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for Grades K-4

Nov. 23, 2020
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For Grades K-4 , week of Nov. 16, 2020

1. Presidential Pups

When elected by the American people, presidents have often brought their pets with them when they moved into the White House. Or they have gotten new pets while living there. President Barack Obama and his family had Portuguese water dogs named Bo and Sunny. President George W. Bush had Scottish terriers Barney and Miss Beazley (nicknamed “Beazley Weazley”). Bill Clinton had a cat named Socks and a Labrador retriever named Buddy. President Trump has not had a pet while living in the White House for the last four years. But President-Elect Joe Biden plans to revive the pet tradition when he moves in next January. Biden says he plans to bring his family’s two German shepherds, Champ and Major, to the presidential residence in Washington, DC. The Bidens purchased Champ in 2008 and gave him his name because Biden’s father always told him to “Get up, Champ” when things weren’t going well. Major was a rescue dog from the Delaware Humane Association. Pets play an important role in many families. In the newspaper or online, find and closely read stories about families and their pets. Use what you read to create a greeting card showing and telling what pets provide people. Use the headline “When You Have a Pet” on the cover and write an original message inside. Draw a picture for the cover or use a photo from the newspaper or Internet. Send or share your card with someone who owns a pet. For added fun, create pet cards for other pet owners you know.

Common Core State Standards: Conducting short research projects that build knowledge about a topic; using drawings or visual displays when appropriate to enhance the development of main ideas or points.

2. Record on El Capitan

El Capitan is one of the most famous rock formations in America, a flat-faced cliff rising from the floor of Yosemite National Park in the state of California. The El Capitan cliff is a favorite challenge for rock climbers, and one of them made history this fall. Emily Harrington became the first woman ever to free-climb the El Capitan cliff in less than a day. Just three others — all men — had achieved the feat of climbing the cliff in less than 24 hours. Harrington, who is 34, had to overcome several obstacles, including a slip that caused a bloody gash in her forehead, to complete the climb in 21 hours and 13 minutes. “I never believed I could actually free climb El Cap in a day,” she said in a post to the Instagram website. “ … Impossible dreams challenge us to rise above who we are now to see if we can become better versions of ourselves.” In the newspaper or online, find and closely read a story about a person challenging himself or herself to do something extraordinary. Use what you read to write a letter to the editor discussing how this person’s actions created a “better version” of himself/herself. Discuss with family, friends and classmates how a “better version” of a person could be in skills, character or personality.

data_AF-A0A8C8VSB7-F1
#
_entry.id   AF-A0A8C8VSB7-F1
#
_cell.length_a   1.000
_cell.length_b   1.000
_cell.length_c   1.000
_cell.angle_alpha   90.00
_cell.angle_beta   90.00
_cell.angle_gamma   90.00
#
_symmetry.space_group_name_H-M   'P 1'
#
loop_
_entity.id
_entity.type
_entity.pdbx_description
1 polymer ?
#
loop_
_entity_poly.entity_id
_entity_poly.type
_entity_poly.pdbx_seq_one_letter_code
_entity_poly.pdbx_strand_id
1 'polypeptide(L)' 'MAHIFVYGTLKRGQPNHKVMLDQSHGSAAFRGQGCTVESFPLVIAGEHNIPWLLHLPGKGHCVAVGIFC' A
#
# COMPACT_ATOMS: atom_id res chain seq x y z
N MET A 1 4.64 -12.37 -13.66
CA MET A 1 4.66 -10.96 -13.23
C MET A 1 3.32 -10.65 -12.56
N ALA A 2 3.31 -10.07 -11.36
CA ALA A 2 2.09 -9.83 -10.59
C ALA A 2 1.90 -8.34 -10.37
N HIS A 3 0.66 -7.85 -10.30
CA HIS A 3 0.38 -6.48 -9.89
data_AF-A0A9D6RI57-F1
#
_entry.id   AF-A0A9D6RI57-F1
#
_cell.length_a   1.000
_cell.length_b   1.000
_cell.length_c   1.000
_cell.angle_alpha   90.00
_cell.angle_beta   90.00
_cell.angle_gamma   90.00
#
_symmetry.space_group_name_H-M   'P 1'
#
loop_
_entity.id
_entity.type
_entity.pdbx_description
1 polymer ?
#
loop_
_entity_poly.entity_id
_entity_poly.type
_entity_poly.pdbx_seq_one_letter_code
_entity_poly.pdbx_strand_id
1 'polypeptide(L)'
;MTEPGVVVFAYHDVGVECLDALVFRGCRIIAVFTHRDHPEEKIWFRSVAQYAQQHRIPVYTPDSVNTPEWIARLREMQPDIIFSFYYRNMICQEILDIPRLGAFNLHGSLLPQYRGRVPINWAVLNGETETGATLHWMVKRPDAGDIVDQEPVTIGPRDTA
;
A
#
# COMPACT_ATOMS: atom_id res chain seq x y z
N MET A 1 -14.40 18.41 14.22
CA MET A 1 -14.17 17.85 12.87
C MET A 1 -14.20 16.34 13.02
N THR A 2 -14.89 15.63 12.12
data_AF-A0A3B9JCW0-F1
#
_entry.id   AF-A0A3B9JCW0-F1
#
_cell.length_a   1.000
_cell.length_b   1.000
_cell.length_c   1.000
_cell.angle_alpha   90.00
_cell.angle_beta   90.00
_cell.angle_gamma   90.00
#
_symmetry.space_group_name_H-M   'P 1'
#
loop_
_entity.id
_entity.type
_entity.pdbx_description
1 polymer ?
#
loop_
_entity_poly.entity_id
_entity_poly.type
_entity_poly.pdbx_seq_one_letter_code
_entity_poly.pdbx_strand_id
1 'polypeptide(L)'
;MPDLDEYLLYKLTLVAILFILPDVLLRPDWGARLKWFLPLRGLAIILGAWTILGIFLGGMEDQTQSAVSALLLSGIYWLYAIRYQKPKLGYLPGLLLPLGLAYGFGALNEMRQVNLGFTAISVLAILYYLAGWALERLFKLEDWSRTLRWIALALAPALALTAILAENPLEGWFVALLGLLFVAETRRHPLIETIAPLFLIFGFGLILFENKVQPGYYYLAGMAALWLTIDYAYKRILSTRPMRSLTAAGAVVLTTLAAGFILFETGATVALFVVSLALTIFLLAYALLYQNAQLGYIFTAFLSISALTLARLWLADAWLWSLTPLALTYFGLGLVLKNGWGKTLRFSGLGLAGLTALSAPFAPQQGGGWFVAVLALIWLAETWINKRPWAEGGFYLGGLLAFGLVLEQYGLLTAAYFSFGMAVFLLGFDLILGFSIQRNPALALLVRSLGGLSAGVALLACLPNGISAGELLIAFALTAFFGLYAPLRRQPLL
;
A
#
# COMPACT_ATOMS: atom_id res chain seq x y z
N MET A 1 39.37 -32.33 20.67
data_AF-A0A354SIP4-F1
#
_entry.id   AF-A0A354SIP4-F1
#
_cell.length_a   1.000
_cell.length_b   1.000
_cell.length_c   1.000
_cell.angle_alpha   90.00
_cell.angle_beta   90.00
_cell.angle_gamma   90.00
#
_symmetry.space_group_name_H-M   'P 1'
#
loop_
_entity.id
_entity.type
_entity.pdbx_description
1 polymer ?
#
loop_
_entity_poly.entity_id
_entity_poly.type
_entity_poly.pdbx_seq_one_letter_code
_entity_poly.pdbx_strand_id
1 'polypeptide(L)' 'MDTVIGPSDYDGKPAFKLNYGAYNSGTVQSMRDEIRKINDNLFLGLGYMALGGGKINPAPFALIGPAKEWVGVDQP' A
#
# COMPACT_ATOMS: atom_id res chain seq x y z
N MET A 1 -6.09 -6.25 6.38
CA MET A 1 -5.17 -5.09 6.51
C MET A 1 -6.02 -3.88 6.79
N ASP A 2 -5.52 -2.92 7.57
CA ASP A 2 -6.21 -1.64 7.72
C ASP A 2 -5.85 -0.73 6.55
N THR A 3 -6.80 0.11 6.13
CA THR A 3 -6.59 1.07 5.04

Common Core State Standards: Producing clear and coherent writing in which the development, organization and style are appropriate to the task; responding thoughtfully to diverse perspectives, summarizing points of agreement and disagreement.

3. A Gift of Baseball